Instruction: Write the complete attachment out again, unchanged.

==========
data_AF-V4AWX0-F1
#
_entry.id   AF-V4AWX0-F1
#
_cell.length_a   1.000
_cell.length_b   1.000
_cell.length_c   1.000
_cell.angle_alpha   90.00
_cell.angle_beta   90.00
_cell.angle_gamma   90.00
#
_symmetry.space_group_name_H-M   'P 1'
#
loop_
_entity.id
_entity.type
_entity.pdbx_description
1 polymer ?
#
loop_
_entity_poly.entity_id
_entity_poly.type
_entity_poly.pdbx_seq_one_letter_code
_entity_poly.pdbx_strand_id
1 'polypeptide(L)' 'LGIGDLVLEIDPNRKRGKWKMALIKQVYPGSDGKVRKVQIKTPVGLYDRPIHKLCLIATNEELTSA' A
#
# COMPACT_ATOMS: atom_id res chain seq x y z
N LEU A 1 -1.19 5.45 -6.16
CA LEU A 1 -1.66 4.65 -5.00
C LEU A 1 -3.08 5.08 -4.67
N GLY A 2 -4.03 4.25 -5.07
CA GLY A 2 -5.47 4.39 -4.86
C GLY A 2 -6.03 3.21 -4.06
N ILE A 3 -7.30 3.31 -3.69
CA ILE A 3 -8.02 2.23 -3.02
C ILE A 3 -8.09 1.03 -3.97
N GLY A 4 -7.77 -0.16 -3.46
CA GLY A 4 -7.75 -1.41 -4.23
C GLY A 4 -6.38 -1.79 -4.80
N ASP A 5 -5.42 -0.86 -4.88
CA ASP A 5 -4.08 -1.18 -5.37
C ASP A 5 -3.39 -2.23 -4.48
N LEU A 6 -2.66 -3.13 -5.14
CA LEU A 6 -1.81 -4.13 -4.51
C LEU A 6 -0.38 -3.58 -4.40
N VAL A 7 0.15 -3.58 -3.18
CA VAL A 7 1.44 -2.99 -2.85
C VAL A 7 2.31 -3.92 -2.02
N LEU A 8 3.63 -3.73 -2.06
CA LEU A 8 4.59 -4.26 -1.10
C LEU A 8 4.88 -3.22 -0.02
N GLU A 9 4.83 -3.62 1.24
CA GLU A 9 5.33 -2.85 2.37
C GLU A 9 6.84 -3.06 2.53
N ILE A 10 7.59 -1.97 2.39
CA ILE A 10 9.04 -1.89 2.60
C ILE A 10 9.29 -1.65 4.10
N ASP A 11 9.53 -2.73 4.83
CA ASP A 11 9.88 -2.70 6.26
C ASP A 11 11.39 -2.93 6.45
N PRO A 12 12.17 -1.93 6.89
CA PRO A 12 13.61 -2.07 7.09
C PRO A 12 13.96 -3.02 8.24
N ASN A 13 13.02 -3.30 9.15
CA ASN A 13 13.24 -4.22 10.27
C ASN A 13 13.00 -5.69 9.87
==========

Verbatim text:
data_AF-V4AWX0-F1
#
_entry.id   AF-V4AWX0-F1
#
_cell.length_a   1.000
_cell.length_b   1.000
_cell.length_c   1.000
_cell.angle_alpha   90.00
_cell.angle_beta   90.00
_cell.angle_gamma   90.00
#
_symmetry.space_group_name_H-M   'P 1'
#
loop_
_entity.id
_entity.type
_entity.pdbx_description
1 polymer ?
#
loop_
_entity_poly.entity_id
_entity_poly.type
_entity_poly.pdbx_seq_one_letter_code
_entity_poly.pdbx_strand_id
1 'polypeptide(L)' 'LGIGDLVLEIDPNRKRGKWKMALIKQVYPGSDGKVRKVQIKTPVGLYDRPIHKLCLIATNEELTSA' A
#
# COMPACT_ATOMS: atom_id res chain seq x y z
N LEU A 1 -1.19 5.45 -6.16
CA LEU A 1 -1.66 4.65 -5.00
C LEU A 1 -3.08 5.08 -4.67
N GLY A 2 -4.03 4.25 -5.07
CA GLY A 2 -5.47 4.39 -4.86
C GLY A 2 -6.03 3.21 -4.06
N ILE A 3 -7.30 3.31 -3.69
CA ILE A 3 -8.02 2.23 -3.02
C ILE A 3 -8.09 1.03 -3.97
N GLY A 4 -7.77 -0.16 -3.46
CA GLY A 4 -7.75 -1.41 -4.23
C GLY A 4 -6.38 -1.79 -4.80
N ASP A 5 -5.42 -0.86 -4.88
CA ASP A 5 -4.08 -1.18 -5.37
C ASP A 5 -3.39 -2.23 -4.48
N LEU A 6 -2.66 -3.13 -5.14
CA LEU A 6 -1.81 -4.13 -4.51
C LEU A 6 -0.38 -3.58 -4.40
N VAL A 7 0.15 -3.58 -3.18
CA VAL A 7 1.44 -2.99 -2.85
C VAL A 7 2.31 -3.92 -2.02
N LEU A 8 3.63 -3.73 -2.06
CA LEU A 8 4.59 -4.26 -1.10
C LEU A 8 4.88 -3.22 -0.02
N GLU A 9 4.83 -3.62 1.24
CA GLU A 9 5.33 -2.85 2.37
C GLU A 9 6.84 -3.06 2.53
N ILE A 10 7.59 -1.97 2.39
CA ILE A 10 9.04 -1.89 2.60
C ILE A 10 9.29 -1.65 4.10
N ASP A 11 9.53 -2.73 4.83
CA ASP A 11 9.88 -2.70 6.26
C ASP A 11 11.39 -2.93 6.45
N PRO A 12 12.17 -1.93 6.89
CA PRO A 12 13.61 -2.07 7.09
C PRO A 12 13.96 -3.02 8.24
N ASN A 13 13.02 -3.30 9.15
CA ASN A 13 13.24 -4.22 10.27
C ASN A 13 13.00 -5.69 9.87